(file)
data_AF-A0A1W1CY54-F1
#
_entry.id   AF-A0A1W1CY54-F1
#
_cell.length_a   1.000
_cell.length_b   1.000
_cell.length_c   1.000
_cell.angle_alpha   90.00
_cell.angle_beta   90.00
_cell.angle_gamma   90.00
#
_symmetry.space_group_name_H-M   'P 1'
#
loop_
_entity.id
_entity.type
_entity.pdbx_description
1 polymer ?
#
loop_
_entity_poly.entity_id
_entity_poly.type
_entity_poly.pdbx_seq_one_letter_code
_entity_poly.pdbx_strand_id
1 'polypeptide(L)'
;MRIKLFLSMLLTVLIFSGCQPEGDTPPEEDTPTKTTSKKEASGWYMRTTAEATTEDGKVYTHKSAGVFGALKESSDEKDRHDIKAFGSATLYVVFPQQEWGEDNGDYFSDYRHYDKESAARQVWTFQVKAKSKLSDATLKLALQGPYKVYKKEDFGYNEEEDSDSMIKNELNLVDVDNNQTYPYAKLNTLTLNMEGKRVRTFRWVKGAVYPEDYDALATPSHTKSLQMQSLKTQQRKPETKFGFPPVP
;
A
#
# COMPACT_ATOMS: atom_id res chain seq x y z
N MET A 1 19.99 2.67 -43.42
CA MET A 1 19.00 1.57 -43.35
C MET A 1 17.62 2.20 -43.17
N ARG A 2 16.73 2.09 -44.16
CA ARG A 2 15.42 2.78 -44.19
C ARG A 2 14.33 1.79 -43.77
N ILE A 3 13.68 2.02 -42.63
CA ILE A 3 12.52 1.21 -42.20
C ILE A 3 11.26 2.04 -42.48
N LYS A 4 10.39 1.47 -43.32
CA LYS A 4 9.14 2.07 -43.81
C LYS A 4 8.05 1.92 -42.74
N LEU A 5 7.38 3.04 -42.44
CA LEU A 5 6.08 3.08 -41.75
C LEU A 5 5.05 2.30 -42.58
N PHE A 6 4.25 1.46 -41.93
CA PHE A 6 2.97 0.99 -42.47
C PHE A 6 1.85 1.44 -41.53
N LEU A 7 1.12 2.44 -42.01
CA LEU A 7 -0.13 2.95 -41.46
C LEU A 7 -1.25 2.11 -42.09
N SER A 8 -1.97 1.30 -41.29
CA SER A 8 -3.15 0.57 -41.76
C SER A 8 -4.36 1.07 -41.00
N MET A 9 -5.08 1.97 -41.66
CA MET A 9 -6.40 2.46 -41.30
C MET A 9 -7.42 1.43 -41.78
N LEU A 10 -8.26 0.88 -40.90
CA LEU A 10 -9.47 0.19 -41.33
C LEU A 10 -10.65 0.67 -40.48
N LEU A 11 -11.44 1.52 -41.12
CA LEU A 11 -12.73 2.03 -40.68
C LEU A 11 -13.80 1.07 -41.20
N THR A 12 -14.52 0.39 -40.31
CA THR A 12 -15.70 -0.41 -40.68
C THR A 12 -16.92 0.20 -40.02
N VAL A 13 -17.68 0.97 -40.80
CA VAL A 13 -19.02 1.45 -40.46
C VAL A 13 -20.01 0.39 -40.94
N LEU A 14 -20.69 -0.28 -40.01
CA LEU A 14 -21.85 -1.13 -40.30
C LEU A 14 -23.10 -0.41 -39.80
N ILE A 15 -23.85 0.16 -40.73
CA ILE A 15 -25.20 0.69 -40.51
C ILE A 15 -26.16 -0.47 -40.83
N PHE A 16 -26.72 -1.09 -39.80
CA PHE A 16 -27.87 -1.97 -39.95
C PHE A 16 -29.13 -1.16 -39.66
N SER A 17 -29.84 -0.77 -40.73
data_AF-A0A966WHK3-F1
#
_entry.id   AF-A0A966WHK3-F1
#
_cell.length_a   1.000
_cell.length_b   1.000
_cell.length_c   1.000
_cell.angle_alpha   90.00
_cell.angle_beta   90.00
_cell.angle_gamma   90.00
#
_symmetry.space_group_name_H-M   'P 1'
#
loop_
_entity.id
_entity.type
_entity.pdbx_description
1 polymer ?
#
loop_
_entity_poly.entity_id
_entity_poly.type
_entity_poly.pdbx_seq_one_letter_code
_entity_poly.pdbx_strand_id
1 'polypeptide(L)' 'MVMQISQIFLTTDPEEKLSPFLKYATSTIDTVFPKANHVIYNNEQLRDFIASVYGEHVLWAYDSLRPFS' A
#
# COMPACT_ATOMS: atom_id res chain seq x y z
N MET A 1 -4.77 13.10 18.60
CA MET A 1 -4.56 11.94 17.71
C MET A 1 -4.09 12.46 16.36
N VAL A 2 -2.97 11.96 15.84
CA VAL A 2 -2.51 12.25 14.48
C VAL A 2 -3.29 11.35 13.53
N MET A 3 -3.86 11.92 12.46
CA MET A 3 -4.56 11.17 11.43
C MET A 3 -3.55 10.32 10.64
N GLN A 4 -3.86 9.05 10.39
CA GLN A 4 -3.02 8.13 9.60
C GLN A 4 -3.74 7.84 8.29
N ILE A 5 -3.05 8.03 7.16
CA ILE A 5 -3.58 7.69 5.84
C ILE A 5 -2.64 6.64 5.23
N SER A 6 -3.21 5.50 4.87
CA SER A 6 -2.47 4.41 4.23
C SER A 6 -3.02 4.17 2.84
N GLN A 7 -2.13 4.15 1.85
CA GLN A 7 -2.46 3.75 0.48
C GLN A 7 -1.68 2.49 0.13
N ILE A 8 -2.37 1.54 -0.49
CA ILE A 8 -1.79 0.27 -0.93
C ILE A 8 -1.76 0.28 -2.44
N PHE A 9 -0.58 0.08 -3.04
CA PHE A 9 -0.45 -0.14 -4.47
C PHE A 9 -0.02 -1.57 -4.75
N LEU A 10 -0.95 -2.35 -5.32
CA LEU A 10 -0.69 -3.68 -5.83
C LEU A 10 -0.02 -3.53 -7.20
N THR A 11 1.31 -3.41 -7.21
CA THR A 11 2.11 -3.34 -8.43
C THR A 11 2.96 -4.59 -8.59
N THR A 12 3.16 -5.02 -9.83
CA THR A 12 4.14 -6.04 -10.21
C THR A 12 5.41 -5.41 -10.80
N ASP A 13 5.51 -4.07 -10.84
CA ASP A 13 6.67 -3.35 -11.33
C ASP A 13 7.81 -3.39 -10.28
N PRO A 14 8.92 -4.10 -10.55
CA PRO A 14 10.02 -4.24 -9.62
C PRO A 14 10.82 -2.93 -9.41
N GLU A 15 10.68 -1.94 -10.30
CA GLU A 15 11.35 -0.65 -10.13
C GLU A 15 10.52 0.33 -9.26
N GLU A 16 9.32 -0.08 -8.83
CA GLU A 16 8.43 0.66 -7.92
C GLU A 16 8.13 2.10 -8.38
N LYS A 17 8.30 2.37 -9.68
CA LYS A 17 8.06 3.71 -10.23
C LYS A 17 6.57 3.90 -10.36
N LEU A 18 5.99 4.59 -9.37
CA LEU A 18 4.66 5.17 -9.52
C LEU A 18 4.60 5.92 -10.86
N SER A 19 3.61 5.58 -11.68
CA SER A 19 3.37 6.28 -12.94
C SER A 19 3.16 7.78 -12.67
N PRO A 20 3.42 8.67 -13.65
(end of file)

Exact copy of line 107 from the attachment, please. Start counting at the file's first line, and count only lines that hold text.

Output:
N MET A 1 -4.77 13.10 18.60